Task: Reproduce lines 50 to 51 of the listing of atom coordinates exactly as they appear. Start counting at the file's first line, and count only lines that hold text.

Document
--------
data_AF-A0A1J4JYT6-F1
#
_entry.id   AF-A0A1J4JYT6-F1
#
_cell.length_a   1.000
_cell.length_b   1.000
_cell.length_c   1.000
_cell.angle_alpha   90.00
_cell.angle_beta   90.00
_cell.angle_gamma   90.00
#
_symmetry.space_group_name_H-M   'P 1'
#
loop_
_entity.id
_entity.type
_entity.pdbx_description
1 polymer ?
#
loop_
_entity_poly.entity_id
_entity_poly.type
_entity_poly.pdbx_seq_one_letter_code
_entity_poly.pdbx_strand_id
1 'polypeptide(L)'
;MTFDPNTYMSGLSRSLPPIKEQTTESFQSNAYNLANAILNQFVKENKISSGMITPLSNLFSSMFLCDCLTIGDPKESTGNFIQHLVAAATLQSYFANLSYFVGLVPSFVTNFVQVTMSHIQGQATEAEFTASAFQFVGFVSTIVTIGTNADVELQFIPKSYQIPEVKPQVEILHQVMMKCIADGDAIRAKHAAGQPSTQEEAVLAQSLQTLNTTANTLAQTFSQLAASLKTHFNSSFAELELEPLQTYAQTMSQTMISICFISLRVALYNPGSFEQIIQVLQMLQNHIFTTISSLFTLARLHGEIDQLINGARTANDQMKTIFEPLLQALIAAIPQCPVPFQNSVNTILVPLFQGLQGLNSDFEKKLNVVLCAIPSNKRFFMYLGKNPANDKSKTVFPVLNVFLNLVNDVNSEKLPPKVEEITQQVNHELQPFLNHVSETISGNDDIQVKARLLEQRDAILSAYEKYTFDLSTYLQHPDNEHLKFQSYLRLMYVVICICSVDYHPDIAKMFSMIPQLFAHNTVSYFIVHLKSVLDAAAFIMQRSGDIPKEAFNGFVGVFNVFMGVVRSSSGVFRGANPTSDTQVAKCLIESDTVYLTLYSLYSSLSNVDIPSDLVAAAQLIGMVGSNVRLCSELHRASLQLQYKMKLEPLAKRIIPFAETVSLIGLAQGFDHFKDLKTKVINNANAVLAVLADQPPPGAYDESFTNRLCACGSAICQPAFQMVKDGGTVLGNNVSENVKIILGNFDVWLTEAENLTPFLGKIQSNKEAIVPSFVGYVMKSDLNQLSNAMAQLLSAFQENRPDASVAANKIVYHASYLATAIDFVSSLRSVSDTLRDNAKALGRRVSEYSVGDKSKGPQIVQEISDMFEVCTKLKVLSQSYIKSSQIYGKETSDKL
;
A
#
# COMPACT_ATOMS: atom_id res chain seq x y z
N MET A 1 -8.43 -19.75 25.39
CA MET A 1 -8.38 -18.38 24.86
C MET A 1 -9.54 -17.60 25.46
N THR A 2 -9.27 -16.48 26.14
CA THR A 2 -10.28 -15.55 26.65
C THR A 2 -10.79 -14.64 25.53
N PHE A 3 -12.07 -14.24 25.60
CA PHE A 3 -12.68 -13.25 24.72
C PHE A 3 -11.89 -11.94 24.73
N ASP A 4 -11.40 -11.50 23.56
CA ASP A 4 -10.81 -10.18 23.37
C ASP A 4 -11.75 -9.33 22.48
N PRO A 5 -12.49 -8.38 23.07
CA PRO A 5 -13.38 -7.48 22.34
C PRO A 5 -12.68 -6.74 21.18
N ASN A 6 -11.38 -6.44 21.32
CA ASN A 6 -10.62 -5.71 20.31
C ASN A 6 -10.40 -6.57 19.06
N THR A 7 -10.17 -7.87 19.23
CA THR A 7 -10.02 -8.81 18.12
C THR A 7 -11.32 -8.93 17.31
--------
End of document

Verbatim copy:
CA THR A 7 -10.02 -8.81 18.12
C THR A 7 -11.32 -8.93 17.31